J. L. BELL is a Massachusetts writer who specializes in (among other things) the start of the American Revolution in and around Boston. He is particularly interested in the experiences of children in 1765-75. He has published scholarly papers and popular articles for both children and adults. He was consultant for an episode of History Detectives, and contributed to a display at Minute Man National Historic Park.

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Saturday, November 14, 2020

Hagist on Britain’s “Noble Volunteers,” 15 Nov.

On Sunday, 15 November, Fort Ticonderoga will host an online presentation by Don N. Hagist about his new book, Noble Volunteers: The British Soldiers Who Fought the American Revolution.

Don has been researching the enlisted men of the British army for decades, collecting their rare individual accounts and analyzing their collective data. Noble Volunteers promises to be a definitive study of that subject.

Along the way Don has also published other books and helped many researchers, including myself, as well as editing the Journal of the American Revolution.

This online talk through Fort Ticonderoga is part of its Virtual Author Series. Its event description says: “Who were the people who wore red coats and fought to suppress a rebellion in Britain’s American colonies? And why would a book about them be called Noble Volunteers? Author Don N. Hagist will talk about his new book that brings to life the wide array of common soldiers that formed the British army during the American Revolution.”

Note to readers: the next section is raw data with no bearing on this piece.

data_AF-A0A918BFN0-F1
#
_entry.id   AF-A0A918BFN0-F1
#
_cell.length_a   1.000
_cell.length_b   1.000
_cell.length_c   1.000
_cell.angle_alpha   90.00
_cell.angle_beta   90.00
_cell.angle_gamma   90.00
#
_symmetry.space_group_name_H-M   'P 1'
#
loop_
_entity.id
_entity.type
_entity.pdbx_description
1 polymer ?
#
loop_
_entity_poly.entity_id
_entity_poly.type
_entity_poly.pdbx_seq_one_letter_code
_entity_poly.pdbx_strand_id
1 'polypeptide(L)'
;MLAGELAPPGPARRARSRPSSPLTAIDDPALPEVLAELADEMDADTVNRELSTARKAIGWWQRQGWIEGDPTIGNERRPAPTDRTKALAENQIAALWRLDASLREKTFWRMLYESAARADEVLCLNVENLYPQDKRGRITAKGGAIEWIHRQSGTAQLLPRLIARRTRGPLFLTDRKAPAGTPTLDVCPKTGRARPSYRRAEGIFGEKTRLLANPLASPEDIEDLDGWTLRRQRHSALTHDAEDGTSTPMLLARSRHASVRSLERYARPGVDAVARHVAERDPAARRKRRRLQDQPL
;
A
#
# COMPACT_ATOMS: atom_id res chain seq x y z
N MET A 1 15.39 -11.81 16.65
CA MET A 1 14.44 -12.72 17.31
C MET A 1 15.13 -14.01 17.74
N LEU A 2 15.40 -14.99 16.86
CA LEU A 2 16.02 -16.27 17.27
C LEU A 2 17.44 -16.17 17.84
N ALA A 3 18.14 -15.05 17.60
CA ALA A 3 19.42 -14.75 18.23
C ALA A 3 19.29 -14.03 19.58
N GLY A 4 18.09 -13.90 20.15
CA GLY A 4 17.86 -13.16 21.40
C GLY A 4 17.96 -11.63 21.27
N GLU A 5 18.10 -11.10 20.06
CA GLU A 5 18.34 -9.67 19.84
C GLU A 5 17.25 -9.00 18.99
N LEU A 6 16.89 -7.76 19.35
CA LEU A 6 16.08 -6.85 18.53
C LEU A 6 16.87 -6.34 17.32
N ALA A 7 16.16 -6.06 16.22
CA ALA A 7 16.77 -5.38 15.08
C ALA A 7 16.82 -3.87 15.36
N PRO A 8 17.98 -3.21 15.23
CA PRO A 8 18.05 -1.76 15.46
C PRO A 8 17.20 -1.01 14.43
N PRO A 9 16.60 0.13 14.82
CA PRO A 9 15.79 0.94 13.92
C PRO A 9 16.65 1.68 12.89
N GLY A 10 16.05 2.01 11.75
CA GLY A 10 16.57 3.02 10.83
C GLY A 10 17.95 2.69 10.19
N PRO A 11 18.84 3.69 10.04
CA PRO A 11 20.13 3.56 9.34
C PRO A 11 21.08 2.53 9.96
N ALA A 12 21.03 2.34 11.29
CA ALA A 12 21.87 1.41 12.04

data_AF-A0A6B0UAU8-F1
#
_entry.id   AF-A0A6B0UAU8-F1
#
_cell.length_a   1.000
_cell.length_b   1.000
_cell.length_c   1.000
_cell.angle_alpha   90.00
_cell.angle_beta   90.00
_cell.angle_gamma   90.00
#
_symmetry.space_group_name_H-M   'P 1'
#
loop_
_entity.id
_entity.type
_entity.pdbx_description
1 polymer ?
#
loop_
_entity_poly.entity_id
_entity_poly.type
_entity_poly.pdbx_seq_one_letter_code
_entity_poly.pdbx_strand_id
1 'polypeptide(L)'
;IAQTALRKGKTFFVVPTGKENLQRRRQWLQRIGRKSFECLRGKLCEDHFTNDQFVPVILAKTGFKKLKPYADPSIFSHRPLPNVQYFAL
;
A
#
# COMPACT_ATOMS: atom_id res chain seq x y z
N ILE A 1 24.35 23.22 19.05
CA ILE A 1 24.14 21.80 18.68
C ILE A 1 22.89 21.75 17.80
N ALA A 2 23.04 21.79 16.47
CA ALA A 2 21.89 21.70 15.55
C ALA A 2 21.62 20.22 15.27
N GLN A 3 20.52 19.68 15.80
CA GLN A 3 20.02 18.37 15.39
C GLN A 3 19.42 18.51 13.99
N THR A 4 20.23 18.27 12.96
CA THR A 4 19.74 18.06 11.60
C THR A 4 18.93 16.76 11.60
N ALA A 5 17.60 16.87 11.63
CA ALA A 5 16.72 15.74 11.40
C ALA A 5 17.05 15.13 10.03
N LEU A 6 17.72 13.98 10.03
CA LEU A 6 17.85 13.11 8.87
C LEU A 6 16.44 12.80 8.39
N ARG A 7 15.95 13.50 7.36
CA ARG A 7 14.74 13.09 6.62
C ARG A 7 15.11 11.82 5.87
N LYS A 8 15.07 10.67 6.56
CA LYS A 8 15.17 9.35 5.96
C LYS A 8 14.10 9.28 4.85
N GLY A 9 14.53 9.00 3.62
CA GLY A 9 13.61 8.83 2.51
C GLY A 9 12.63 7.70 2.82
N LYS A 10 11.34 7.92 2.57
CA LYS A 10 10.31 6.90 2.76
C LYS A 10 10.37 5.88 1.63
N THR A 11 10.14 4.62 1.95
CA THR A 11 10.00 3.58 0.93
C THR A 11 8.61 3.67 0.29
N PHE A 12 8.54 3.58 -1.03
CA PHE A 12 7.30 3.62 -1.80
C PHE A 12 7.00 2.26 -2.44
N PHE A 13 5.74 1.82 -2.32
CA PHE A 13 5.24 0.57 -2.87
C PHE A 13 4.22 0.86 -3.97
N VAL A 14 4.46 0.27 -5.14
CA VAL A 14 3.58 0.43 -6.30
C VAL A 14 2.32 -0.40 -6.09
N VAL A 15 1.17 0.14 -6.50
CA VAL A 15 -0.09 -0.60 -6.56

A longer description from the publisher says:
Redcoats. For Americans, the word brings to mind the occupying army that attempted to crush the Revolutionary War. There was more to these soldiers than their red uniforms, but the individuals who formed the ranks are seldom described in any detail in historical literature, leaving unanswered questions. Who were these men? Why did they join the army? Where did they go when the war was over?

In Noble Volunteers: The British Soldiers Who Fought the American Revolution, Don N. Hagist brings life to these soldiers, describing the training, experiences, and outcomes of British soldiers who fought during the Revolution. Drawing on thousands of military records and other primary sources in British, American, and Canadian archives, and the writings of dozens of officers and soldiers, Noble Volunteers shows how a peacetime army responded to the onset of war, how professional soldiers adapted quickly and effectively to become tactically dominant, and what became of the thousands of career soldiers once the war was over.

In this historical tour de force, introduced by Pulitzer Prize winner Rick Atkinson, Hagist dispels long-held myths, revealing how remarkably diverse British soldiers were. They represented a variety of ages, nationalities, and socioeconomic backgrounds, and many had joined the army as a peacetime career, only to find themselves fighting a war on another continent in often brutal conditions.

Against the sweeping backdrop of the war, Hagist directs his focus on the small picture, illuminating the moments in an individual soldier’s life—those hours spent nursing a fever while standing sentry in the bitter cold, or writing a letter to a wife back home. What emerges from these vignettes is the understanding that while these were “common” soldiers, each soldier was completely unique, for, as Hagist writes, “There was no ‘typical’ British soldier.”
Books on the Square in Providence is the exclusive seller of preordered signed copies of Noble Volunteers, available for the holidays.

The Fort Ticonderoga event starts at 2:00 P.M. The site asks people to register for it by noon. The cost is $10, free to Fort Ticonderoga members.

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